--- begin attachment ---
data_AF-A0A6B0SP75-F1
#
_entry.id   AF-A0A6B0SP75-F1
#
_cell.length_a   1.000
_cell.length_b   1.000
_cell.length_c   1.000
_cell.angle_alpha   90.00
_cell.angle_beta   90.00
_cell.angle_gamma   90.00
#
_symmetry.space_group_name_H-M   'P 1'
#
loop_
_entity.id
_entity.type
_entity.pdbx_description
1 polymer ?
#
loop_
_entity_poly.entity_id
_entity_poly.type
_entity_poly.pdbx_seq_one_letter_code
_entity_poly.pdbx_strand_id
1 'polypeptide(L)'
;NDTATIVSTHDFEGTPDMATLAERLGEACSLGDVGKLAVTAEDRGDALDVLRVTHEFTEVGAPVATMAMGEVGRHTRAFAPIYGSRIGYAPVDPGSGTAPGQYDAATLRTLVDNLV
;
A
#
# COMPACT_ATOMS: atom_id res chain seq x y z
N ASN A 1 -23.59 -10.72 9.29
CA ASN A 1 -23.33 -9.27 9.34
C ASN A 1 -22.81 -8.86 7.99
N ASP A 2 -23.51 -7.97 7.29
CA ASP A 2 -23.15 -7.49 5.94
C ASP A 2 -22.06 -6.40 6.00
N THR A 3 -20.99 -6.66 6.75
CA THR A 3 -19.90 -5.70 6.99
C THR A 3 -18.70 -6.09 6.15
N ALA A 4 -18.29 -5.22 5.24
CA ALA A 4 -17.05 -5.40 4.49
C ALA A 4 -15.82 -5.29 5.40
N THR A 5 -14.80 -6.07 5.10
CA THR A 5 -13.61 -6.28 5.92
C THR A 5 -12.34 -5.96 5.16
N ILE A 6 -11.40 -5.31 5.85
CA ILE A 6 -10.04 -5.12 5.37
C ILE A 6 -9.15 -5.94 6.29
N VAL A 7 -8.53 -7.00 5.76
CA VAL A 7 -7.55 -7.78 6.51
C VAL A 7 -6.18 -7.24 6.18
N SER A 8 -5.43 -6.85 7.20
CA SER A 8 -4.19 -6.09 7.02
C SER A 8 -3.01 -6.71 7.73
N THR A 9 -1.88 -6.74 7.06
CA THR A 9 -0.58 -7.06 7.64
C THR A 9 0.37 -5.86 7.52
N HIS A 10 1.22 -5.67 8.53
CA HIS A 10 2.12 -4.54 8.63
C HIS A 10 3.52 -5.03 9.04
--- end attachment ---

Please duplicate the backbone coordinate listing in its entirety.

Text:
data_AF-A0A6B0SP75-F1
#
_entry.id   AF-A0A6B0SP75-F1
#
_cell.length_a   1.000
_cell.length_b   1.000
_cell.length_c   1.000
_cell.angle_alpha   90.00
_cell.angle_beta   90.00
_cell.angle_gamma   90.00
#
_symmetry.space_group_name_H-M   'P 1'
#
loop_
_entity.id
_entity.type
_entity.pdbx_description
1 polymer ?
#
loop_
_entity_poly.entity_id
_entity_poly.type
_entity_poly.pdbx_seq_one_letter_code
_entity_poly.pdbx_strand_id
1 'polypeptide(L)'
;NDTATIVSTHDFEGTPDMATLAERLGEACSLGDVGKLAVTAEDRGDALDVLRVTHEFTEVGAPVATMAMGEVGRHTRAFAPIYGSRIGYAPVDPGSGTAPGQYDAATLRTLVDNLV
;
A
#
# COMPACT_ATOMS: atom_id res chain seq x y z
N ASN A 1 -23.59 -10.72 9.29
CA ASN A 1 -23.33 -9.27 9.34
C ASN A 1 -22.81 -8.86 7.99
N ASP A 2 -23.51 -7.97 7.29
CA ASP A 2 -23.15 -7.49 5.94
C ASP A 2 -22.06 -6.40 6.00
N THR A 3 -20.99 -6.66 6.75
CA THR A 3 -19.90 -5.70 6.99
C THR A 3 -18.70 -6.09 6.15
N ALA A 4 -18.29 -5.22 5.24
CA ALA A 4 -17.05 -5.40 4.49
C ALA A 4 -15.82 -5.29 5.40
N THR A 5 -14.80 -6.07 5.10
CA THR A 5 -13.61 -6.28 5.92
C THR A 5 -12.34 -5.96 5.16
N ILE A 6 -11.40 -5.31 5.85
CA ILE A 6 -10.04 -5.12 5.37
C ILE A 6 -9.15 -5.94 6.29
N VAL A 7 -8.53 -7.00 5.76
CA VAL A 7 -7.55 -7.78 6.51
C VAL A 7 -6.18 -7.24 6.18
N SER A 8 -5.43 -6.85 7.20
CA SER A 8 -4.19 -6.09 7.02
C SER A 8 -3.01 -6.71 7.73
N THR A 9 -1.88 -6.74 7.06
CA THR A 9 -0.58 -7.06 7.64
C THR A 9 0.37 -5.86 7.52
N HIS A 10 1.22 -5.67 8.53
CA HIS A 10 2.12 -4.54 8.63
C HIS A 10 3.52 -5.03 9.04